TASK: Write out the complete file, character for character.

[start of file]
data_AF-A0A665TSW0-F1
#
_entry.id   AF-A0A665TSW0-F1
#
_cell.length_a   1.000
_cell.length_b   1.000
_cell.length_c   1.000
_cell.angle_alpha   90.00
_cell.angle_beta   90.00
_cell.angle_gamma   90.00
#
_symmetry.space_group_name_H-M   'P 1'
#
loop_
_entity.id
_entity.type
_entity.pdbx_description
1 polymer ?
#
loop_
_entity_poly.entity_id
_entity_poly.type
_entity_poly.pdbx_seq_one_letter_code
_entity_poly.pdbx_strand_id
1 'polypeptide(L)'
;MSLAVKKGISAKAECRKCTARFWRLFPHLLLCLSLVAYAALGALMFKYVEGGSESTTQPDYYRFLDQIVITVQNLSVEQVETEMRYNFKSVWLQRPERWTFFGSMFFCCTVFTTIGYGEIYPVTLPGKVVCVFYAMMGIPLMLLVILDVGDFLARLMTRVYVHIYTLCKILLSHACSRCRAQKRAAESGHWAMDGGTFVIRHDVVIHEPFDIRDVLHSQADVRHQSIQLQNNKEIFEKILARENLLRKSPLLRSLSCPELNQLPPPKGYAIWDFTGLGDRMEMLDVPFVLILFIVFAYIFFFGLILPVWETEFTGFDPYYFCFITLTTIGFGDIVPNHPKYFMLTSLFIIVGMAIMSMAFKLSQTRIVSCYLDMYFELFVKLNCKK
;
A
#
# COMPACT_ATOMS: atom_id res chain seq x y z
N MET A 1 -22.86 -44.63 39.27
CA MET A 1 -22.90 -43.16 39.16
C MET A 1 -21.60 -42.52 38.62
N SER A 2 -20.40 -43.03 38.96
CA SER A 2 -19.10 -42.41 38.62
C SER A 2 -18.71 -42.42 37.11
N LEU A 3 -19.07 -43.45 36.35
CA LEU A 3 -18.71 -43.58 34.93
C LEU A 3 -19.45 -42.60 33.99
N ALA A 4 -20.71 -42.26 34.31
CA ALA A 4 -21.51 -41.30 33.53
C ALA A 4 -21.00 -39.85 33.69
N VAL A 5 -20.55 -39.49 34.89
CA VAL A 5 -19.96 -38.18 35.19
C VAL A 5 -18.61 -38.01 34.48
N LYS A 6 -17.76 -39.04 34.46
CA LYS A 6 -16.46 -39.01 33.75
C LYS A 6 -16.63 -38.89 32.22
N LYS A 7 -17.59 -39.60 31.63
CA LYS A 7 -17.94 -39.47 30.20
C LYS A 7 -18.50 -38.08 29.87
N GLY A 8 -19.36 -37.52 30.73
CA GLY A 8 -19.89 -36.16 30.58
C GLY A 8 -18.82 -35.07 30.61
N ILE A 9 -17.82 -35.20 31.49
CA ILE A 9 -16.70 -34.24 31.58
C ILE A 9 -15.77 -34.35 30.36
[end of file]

data_AF-A0A665TSW0-F1
#
_entry.id   AF-A0A665TSW0-F1
#
_cell.length_a   1.000
_cell.length_b   1.000
_cell.length_c   1.000
_cell.angle_alpha   90.00
_cell.angle_beta   90.00
_cell.angle_gamma   90.00
#
_symmetry.space_group_name_H-M   'P 1'
#
loop_
_entity.id
_entity.type
_entity.pdbx_description
1 polymer ?
#
loop_
_entity_poly.entity_id
_entity_poly.type
_entity_poly.pdbx_seq_one_letter_code
_entity_poly.pdbx_strand_id
1 'polypeptide(L)'
;MSLAVKKGISAKAECRKCTARFWRLFPHLLLCLSLVAYAALGALMFKYVEGGSESTTQPDYYRFLDQIVITVQNLSVEQVETEMRYNFKSVWLQRPERWTFFGSMFFCCTVFTTIGYGEIYPVTLPGKVVCVFYAMMGIPLMLLVILDVGDFLARLMTRVYVHIYTLCKILLSHACSRCRAQKRAAESGHWAMDGGTFVIRHDVVIHEPFDIRDVLHSQADVRHQSIQLQNNKEIFEKILARENLLRKSPLLRSLSCPELNQLPPPKGYAIWDFTGLGDRMEMLDVPFVLILFIVFAYIFFFGLILPVWETEFTGFDPYYFCFITLTTIGFGDIVPNHPKYFMLTSLFIIVGMAIMSMAFKLSQTRIVSCYLDMYFELFVKLNCKK
;
A
#
# COMPACT_ATOMS: atom_id res chain seq x y z
N MET A 1 -22.86 -44.63 39.27
CA MET A 1 -22.90 -43.16 39.16
C MET A 1 -21.60 -42.52 38.62
N SER A 2 -20.40 -43.03 38.96
CA SER A 2 -19.10 -42.41 38.62
C SER A 2 -18.71 -42.42 37.11
N LEU A 3 -19.07 -43.45 36.35
CA LEU A 3 -18.71 -43.58 34.93
C LEU A 3 -19.45 -42.60 33.99
N ALA A 4 -20.71 -42.26 34.31
CA ALA A 4 -21.51 -41.30 33.53
C ALA A 4 -21.00 -39.85 33.69
N VAL A 5 -20.55 -39.49 34.89
CA VAL A 5 -19.96 -38.18 35.19
C VAL A 5 -18.61 -38.01 34.48
N LYS A 6 -17.76 -39.04 34.46
CA LYS A 6 -16.46 -39.01 33.75
C LYS A 6 -16.63 -38.89 32.22
N LYS A 7 -17.59 -39.60 31.63
CA LYS A 7 -17.94 -39.47 30.20
C LYS A 7 -18.50 -38.08 29.87
N GLY A 8 -19.36 -37.52 30.73
CA GLY A 8 -19.89 -36.16 30.58
C GLY A 8 -18.82 -35.07 30.61
N ILE A 9 -17.82 -35.20 31.49
CA ILE A 9 -16.70 -34.24 31.58
C ILE A 9 -15.77 -34.35 30.36